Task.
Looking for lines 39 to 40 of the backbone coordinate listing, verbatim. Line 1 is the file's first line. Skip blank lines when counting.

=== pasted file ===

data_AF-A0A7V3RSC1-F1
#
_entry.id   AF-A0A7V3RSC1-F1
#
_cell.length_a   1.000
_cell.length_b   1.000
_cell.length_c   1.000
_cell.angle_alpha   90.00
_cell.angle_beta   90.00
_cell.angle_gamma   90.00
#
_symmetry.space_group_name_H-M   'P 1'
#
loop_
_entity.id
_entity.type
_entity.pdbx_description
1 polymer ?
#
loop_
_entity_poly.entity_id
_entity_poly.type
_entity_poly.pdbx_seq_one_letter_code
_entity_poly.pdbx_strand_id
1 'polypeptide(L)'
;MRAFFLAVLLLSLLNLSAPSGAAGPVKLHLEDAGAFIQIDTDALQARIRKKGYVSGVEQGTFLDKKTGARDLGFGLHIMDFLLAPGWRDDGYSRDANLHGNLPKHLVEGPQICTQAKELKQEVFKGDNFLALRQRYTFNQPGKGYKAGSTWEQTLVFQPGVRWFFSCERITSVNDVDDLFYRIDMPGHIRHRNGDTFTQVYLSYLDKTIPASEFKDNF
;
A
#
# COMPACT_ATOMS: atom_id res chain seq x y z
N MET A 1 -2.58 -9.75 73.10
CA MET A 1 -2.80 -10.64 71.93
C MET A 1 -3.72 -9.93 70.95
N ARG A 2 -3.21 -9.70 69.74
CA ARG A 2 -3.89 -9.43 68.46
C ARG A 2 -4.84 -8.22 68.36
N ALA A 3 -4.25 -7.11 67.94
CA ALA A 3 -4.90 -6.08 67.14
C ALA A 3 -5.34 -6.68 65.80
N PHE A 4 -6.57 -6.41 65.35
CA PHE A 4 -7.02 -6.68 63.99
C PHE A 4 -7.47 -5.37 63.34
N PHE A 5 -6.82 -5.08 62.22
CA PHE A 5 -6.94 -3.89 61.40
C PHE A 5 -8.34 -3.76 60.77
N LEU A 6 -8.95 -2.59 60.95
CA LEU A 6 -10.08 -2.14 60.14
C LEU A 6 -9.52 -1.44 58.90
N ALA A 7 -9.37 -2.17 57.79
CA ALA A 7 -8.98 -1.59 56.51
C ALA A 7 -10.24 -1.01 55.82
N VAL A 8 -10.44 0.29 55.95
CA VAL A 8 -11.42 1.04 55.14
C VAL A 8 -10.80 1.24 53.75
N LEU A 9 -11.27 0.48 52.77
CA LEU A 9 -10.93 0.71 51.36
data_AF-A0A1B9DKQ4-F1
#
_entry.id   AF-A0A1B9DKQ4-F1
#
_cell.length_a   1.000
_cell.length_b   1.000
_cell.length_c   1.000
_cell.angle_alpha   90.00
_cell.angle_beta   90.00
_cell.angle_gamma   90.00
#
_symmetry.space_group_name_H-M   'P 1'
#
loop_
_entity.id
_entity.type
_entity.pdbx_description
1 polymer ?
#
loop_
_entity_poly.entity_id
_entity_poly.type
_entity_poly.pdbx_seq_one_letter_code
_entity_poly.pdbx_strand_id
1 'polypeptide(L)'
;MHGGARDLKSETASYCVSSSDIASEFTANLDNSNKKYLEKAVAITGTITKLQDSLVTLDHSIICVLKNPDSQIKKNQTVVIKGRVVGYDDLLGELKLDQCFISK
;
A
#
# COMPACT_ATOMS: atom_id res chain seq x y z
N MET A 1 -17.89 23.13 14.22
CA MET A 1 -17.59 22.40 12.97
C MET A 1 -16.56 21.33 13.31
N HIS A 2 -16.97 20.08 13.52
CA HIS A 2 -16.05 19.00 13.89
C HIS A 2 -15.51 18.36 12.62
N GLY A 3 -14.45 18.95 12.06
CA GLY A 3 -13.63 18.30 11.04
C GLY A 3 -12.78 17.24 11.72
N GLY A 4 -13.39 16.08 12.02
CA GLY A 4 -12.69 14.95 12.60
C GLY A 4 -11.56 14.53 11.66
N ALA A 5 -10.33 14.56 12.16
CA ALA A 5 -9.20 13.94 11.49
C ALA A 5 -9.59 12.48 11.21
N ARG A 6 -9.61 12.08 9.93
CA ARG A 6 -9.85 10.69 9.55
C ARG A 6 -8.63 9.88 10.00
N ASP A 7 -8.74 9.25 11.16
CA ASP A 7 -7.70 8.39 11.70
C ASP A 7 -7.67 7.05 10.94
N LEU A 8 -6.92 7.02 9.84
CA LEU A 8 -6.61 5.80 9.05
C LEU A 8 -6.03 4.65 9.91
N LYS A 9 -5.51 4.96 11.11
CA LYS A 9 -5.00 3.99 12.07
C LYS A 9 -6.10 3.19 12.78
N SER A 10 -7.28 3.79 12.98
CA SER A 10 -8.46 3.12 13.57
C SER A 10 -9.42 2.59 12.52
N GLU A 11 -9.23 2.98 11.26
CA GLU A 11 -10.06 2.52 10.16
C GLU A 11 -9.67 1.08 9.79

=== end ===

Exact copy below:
C ALA A 3 -5.34 -6.68 65.80
N PHE A 4 -6.57 -6.41 65.35